WotC Hasbro Has Invested $1B In Video Games, Including A New D&D Game

There's "something like" Baldur's Gate 3 coming.

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Wizards of the Coast's head of digital production, Dan Ayoub, spoke to GamesIndustry.biz about Hasbro's future video game plans, with over a billion dollars currently invested in internally developed games.

With Baldur's Gate 3 doing so well, and developer Larion confirming that it would not be working on a sequel, the future of that franchise is still in question, with Hasbro currently looking for partners for the project. Ayoub commented that "something like" BG3 was in the works.

"One of the great things we took from the success of Baldur's Gate 3 is that people really, really like a great, well-executed D&D game, so we've got something like that."
-Dan Ayoub​

Hasbro's four video game studios are Atomic Arcade, Invoke Studios, Archetype, and Skeleton Key. While those studios are working with various Hasbro properties, such as GI Joe, Invoke is currently working on a Dungeons & Dragons game. Of course, the company also seeks to create new IP via video games, and Archetype's James Ohlen (Knights of the Old Republic) is involved with a new franchise called Exodus.

""Over $1 billion is in video game development right now. And that is just these studios. That's to say nothing of the other game investments that are happening. Definitely I've seen the company put its actions around its words in terms of building these studios around strong leaders, thinking about the long game as well. We've got a portfolio that goes much, much larger than anything we're talking about right now."

In Summer 2023, WotC cancelled 5 video games. At the time it owned 6 video game studios, according to then-president Cynthia Williams.
 

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Whizbang Dustyboots

Gnometown Hero
"One of the great things we took from the success of Baldur's Gate 3 is that people really, really like a great, well-executed D&D game, so we've got something like that."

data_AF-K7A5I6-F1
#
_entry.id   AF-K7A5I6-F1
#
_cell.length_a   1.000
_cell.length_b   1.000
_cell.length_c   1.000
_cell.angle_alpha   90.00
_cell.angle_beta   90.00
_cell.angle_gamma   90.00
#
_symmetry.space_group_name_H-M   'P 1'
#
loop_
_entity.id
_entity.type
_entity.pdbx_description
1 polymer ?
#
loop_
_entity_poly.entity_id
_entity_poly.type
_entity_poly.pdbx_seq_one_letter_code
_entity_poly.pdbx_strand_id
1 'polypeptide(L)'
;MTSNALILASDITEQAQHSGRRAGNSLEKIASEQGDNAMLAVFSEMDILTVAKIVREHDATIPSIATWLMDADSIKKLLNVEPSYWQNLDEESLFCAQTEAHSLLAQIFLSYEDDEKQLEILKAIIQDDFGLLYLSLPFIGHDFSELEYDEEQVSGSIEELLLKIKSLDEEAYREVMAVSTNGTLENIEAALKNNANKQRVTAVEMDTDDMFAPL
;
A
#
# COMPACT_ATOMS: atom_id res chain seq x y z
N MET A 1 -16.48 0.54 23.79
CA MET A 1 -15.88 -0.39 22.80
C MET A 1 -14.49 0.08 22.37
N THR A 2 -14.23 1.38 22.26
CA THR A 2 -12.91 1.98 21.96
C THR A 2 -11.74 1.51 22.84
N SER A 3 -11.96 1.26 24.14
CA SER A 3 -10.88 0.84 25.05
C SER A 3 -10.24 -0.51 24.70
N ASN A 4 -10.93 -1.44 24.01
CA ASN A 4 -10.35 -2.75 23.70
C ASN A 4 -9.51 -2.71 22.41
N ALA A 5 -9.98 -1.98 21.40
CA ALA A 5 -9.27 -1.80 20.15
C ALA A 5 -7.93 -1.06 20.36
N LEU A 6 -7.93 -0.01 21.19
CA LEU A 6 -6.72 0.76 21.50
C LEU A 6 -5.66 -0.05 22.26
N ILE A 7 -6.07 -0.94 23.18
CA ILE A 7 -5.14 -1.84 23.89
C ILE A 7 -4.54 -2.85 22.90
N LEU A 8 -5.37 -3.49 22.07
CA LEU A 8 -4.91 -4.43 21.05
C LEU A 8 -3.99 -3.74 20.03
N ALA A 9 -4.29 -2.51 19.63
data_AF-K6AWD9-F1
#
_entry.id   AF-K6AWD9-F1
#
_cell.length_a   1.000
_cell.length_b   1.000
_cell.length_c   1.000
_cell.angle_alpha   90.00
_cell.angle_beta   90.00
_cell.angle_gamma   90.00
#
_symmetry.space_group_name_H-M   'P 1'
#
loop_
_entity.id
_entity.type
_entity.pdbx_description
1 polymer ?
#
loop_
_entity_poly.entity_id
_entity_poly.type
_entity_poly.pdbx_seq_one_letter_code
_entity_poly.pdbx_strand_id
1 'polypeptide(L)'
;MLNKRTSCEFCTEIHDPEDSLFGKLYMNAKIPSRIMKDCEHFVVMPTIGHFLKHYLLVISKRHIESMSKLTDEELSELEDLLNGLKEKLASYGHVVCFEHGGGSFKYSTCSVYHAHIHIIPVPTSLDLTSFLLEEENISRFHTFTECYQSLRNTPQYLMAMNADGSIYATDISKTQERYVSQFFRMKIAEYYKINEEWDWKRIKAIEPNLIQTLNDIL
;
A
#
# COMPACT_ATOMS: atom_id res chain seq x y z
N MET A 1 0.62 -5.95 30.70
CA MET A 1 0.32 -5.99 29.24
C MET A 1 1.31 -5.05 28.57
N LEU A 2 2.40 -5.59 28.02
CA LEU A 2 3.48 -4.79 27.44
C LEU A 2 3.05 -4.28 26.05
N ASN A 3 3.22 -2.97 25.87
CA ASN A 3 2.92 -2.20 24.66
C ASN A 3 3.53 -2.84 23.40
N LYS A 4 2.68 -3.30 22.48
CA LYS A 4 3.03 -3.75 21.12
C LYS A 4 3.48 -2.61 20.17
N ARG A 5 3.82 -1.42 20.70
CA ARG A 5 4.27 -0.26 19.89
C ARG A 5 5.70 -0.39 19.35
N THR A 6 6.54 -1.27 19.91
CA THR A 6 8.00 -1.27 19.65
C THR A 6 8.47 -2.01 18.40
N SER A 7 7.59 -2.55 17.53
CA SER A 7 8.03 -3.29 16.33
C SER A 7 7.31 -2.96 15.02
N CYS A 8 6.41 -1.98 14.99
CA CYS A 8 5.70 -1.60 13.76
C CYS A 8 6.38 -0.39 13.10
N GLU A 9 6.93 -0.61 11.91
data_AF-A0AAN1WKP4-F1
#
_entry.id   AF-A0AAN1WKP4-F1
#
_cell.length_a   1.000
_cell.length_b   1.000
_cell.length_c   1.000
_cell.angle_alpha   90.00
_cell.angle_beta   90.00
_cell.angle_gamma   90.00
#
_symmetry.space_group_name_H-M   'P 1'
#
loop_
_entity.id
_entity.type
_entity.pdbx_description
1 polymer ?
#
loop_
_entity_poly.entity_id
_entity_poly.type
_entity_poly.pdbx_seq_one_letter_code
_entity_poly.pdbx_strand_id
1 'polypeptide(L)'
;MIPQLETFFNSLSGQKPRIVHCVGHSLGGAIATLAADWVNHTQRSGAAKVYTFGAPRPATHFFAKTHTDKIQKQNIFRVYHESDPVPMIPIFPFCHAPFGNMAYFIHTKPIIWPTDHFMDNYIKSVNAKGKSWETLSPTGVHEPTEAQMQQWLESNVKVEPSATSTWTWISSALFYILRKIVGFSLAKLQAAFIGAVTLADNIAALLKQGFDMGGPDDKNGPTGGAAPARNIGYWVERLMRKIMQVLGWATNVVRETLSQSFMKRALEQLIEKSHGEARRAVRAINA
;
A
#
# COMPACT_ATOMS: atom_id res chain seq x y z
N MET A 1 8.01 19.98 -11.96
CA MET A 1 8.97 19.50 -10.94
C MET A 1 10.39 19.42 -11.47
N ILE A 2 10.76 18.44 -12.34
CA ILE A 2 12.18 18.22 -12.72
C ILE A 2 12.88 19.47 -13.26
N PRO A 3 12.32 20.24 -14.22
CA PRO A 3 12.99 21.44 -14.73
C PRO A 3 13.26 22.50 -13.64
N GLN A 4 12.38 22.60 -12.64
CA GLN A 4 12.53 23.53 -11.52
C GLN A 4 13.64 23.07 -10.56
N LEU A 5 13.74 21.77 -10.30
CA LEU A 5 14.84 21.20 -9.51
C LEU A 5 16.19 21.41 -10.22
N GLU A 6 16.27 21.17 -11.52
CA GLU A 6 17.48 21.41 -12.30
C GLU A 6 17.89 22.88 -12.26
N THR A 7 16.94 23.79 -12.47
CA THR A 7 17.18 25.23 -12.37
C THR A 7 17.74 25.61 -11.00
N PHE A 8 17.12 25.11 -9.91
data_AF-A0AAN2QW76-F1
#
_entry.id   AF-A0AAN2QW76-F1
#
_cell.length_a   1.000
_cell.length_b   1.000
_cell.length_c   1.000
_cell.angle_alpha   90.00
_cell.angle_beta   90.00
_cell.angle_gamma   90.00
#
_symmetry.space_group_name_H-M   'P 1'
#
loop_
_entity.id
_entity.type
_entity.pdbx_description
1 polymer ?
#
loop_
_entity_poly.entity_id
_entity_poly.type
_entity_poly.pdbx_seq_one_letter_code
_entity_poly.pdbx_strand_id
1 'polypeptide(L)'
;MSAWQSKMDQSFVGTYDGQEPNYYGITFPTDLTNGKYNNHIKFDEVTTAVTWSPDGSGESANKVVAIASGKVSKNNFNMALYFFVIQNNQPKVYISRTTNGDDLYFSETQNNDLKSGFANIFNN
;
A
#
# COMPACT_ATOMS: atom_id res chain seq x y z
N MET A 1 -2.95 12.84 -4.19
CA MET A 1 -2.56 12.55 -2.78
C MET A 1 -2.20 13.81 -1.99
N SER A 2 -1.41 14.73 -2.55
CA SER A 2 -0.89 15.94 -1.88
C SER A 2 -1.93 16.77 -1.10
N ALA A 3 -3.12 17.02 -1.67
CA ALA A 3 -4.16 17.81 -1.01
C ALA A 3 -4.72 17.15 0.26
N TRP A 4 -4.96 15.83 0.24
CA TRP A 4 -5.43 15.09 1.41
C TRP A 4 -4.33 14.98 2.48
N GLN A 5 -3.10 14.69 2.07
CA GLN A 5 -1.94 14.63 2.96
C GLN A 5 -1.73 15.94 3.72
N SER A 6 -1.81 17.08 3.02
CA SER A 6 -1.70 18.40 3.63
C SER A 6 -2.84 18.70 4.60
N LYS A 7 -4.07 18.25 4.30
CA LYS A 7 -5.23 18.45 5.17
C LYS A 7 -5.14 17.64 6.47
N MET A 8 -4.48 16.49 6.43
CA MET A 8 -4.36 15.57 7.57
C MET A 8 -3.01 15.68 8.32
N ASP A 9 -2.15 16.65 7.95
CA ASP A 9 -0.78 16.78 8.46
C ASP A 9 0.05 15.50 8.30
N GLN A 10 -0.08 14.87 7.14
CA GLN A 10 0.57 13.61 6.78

So, Dan, did you think Dark Alliance was a "great, well-executed game," too? Because if you did, that calls into question your judgement. And if you didn't, and released it knowing it would be a flop, that raises a bunch of other questions.
 

GDGD

microscopic
I mean ... I would pay for a playable goblin race (with appropriate NPC dialogue to go with it), new subclasses, etc. (Basically everything that you can no longer get a la carte from D&D Beyond.)
Me too, but that's more like DLC than micro-transaction. In a micro-transaction game, you'd only be able to play human fighters and everything else would have a price tag on it.
 

Whizbang Dustyboots

Gnometown Hero
Me too, but that's more like DLC than micro-transaction. In a micro-transaction game, you'd only be able to play human fighters and everything else would have a price tag on it.
That's definitely the worst case scenario, but that's not how it plays out in lots of cases now.

The Diablo 4 store, for instance, is laughably overpriced, but nothing there is necessary or gives you any more player power. It's just cosmetics.

Until we see what the dreaded microtransactions are, I don't think we can decide that either the best case or worst case scenario is going to happen. We just don't know.

There's been a lot of turnover at WotC since late 2022 and they have now officially stopped selling stuff piecemeal at DDB. I don't think even WotC knows what its current strategy around small transactions is at this time.
 

Meech17

WotC President Runner-Up.
Me too, but that's more like DLC than micro-transaction. In a micro-transaction game, you'd only be able to play human fighters and everything else would have a price tag on it.
Oh boy... You weren't in the micro-transaction thread were you? This is a big ol can of worms lmao
 


Dire Bare

Legend
So, Dan, did you think Dark Alliance was a "great, well-executed game," too? Because if you did, that calls into question your judgement. And if you didn't, and released it knowing it would be a flop, that raises a bunch of other questions.
Ayoub's quote is nonsensical. Before BG3, did WotC think not well-executed games were what the fans were after? Or is another way to say, "We cut corners with Dark Alliance, and the quality was not enough to make the game a success. We now realize that you have to put in AAA effort and resources to get AAA game sales."

Either way, the quote comes across as tone deaf.
 


Parmandur

Book-Friend
Ayoub's quote is nonsensical. Before BG3, did WotC think not well-executed games were what the fans were after? Or is another way to say, "We cut corners with Dark Alliance, and the quality was not enough to make the game a success. We now realize that you have to put in AAA effort and resources to get AAA game sales."

Either way, the quote comes across as tone deaf.
BG3 is the best selling CRPG of all time, ladt I checked, and by quite a bit, so it seems quite fair of them to day "there's gold in them thar hills" in the wake of that success.
 

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